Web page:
Guest Post: Alan Baxter – When Good Noir Goes Darker

Today, author Alan Baxter is taking over the blog!

Huge thanks to Angela for hosting me today.

With the recent release of my novel, Hidden City, I’ve done a lot of thinking about genre. I’m unashamedly a genre writer, and the simple fact is that I’ve never met a genre I didn’t like. I love to read westerns, crime, noir, mystery, fantasy and SF, horror of course, and more. And while most of my stuff is dark fiction and almost always includes elements of dark fantasy and the supernatural, I’ve always ignored genre boundaries while writing and crammed in as many ideas as I felt I needed. With Hidden City, I did something a little differently. I deliberately started with noir. I knew I wanted to write a noir novel, but then build dark urban fantasy and horror into that.

I live in the country now, and that’s where I was born and raised (in a different country’s country) but in between I’ve lived in a lot of cities. They fascinate me, thrill me, and appal me in equal measure. Cities are incredible places, so a lot of my fiction is set in them. And it’s that city-based sense of place that most attracts me to noir fiction. Within those classic noir stories of the past, and in the modern stories that emulate that style, the city is ever-present. It’s a character too, as important to the plot as the protagonist and antagonist. It’s a bit player or a secondary character, but an essential one. So when I came to write Hidden City I decided to up-end that trope a little bit. In my novel, the city is a key player, a co-protagonist. And Cleveport is not only an essential character, she’s a sentient one.

I’ve long held the belief that all cities have a kind of sentience. Consider, if you’ve been, places like Sydney, London, Amsterdam, Hong Kong, New York, any other you care to name. They all have distinct personalities, and those cities shape the population just as much as the population shapes them. It’s a small step to consider those personalities as actual gestalt sentience. That’s where I went with Cleveport. And a city that had grown to that level of conscious awareness would also attract a higher level of human consciousness, don’t you think? So whether they realize why or not, people with active or even latent magical tendencies are drawn to Cleveport. Their presence subsequently increases the citymind and Cleveport grows further.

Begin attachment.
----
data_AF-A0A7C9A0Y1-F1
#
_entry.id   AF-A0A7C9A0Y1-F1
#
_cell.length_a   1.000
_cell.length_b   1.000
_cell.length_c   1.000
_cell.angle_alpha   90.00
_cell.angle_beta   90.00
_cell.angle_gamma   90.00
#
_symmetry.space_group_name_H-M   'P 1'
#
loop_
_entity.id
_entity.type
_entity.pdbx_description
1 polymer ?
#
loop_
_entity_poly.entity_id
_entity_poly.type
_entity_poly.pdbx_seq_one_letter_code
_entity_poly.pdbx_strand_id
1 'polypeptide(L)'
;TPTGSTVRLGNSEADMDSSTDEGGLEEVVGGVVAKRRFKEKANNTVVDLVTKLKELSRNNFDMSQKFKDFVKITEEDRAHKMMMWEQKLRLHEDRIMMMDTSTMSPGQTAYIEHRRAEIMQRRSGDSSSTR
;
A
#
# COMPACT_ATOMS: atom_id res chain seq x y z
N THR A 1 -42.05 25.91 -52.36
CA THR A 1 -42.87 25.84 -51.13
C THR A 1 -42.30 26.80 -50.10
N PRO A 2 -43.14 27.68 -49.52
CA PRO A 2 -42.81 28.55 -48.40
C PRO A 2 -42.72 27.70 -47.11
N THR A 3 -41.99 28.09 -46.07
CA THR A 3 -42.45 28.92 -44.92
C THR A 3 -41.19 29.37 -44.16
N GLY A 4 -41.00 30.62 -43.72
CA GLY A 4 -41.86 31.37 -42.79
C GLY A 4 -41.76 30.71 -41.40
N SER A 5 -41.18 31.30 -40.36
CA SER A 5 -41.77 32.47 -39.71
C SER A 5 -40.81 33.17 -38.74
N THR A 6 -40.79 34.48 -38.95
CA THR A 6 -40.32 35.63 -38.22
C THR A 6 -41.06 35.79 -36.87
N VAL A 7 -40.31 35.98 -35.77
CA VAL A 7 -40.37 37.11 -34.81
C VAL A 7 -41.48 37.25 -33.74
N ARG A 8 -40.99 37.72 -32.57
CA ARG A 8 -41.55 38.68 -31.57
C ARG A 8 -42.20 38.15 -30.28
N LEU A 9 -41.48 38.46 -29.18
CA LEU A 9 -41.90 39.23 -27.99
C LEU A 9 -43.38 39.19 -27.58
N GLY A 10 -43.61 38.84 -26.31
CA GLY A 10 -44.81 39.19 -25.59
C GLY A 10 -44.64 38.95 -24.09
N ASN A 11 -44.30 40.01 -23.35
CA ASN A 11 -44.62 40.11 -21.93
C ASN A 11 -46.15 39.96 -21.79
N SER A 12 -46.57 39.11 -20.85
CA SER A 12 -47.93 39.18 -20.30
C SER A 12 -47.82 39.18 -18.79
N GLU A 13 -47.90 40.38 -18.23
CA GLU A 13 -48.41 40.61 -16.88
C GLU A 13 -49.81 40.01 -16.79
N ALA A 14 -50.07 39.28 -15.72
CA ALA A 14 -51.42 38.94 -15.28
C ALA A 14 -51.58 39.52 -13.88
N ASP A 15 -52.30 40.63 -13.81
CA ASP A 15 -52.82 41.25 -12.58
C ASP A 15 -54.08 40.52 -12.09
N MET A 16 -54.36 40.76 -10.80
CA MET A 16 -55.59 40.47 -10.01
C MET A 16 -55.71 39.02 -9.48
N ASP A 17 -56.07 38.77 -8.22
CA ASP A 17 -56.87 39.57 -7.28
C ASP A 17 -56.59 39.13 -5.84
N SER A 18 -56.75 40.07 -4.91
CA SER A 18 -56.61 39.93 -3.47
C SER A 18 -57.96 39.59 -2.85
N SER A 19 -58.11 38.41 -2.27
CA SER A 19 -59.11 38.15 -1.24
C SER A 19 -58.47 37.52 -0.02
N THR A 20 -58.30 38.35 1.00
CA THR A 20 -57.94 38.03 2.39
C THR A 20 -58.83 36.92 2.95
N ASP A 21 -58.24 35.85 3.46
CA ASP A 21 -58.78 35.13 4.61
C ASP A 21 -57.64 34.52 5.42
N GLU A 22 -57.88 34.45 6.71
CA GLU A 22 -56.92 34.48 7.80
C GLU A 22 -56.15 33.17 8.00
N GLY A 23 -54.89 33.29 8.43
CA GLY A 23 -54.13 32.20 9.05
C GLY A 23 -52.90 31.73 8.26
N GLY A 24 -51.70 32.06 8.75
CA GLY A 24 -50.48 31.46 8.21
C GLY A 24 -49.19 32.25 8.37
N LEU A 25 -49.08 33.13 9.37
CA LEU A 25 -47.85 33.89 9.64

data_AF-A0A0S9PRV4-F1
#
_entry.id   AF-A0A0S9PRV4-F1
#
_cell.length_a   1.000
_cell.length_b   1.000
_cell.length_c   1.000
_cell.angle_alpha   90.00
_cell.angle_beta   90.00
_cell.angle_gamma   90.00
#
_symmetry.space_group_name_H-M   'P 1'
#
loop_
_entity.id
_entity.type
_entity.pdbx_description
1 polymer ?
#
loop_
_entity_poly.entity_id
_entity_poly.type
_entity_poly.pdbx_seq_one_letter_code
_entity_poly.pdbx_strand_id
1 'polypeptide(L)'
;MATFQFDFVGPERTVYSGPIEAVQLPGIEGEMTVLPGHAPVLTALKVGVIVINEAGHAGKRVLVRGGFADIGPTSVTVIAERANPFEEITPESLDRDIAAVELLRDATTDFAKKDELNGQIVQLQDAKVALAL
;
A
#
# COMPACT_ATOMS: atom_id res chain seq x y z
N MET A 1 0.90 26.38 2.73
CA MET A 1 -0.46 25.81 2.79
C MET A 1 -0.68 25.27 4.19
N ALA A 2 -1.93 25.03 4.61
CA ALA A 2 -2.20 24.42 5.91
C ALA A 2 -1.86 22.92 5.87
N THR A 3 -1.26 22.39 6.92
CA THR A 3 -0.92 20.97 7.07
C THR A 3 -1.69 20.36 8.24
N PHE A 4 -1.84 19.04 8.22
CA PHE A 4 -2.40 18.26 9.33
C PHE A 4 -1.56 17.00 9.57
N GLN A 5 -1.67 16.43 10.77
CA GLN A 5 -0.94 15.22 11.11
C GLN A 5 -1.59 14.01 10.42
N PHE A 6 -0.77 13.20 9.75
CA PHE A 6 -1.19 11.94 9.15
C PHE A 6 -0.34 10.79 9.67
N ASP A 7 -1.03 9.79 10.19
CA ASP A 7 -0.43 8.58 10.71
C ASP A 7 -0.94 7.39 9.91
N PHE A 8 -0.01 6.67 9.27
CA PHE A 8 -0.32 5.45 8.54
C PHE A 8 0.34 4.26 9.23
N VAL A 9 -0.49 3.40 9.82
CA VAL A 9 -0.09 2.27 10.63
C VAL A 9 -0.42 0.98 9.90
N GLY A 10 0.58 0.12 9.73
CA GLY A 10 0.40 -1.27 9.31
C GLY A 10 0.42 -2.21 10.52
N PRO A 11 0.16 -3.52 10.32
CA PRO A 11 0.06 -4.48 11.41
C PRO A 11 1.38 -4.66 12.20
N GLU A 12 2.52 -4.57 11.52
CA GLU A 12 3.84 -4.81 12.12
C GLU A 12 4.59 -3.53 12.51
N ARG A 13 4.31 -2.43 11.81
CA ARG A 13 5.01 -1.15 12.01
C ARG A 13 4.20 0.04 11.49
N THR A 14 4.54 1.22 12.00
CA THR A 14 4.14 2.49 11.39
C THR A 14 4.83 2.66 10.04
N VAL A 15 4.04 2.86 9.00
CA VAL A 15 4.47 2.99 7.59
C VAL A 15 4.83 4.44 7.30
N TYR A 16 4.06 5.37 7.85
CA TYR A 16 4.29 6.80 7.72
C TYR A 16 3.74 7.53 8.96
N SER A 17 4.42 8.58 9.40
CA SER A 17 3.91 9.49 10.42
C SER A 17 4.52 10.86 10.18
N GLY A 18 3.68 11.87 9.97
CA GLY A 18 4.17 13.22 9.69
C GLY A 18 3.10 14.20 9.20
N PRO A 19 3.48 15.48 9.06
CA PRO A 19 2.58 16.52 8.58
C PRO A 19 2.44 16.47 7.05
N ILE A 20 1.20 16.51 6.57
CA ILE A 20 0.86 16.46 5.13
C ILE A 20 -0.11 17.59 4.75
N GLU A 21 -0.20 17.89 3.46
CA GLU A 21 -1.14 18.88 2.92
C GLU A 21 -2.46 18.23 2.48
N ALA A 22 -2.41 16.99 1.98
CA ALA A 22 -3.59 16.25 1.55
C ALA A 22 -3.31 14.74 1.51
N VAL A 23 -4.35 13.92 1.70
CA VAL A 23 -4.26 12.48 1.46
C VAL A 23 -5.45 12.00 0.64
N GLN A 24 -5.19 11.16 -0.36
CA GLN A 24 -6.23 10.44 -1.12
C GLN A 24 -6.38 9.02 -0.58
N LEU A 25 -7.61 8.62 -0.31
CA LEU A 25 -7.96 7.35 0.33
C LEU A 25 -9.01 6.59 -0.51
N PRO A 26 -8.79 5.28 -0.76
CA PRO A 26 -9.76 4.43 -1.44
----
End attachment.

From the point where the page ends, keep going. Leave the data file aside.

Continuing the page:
So that’s my noir setting and my fantasy element. But I’m a horror writer too. So how do I fit that in? Well, it seemed obvious once I thought about it. If I have this sentient city and her connected population, it would be pretty terrible if Cleveport was sick, even dying. That would mean her population would be dying too. And perhaps none of them would realize.

Well, one person realizes. Steven Hines, low-level citymage and grief-stricken private eye, sees the changes in his city, as he’s more closely connected to her than most. And he knows it’s only going to get worse. He also knows that the authorities can’t recognize the real problems and are only treating the symptoms. Meanwhile, organized crime syndicates are making hay while the sun shines. But it’s a false sun, that’ll burn everyone to cinders in a short amount of time. So Steven Hines and a handful of friends have to step up and save everyone, even if it costs them everything.

So my idea to write a noir novel, to indulge that passion of mine, went pretty dark. But that’s what my fiction always seems to do. I like it in the dark. Do you?

Hidden City is available in ebook and paperback wherever you buy books. Learn more at Alan’s website: or Buy it on Amazon:

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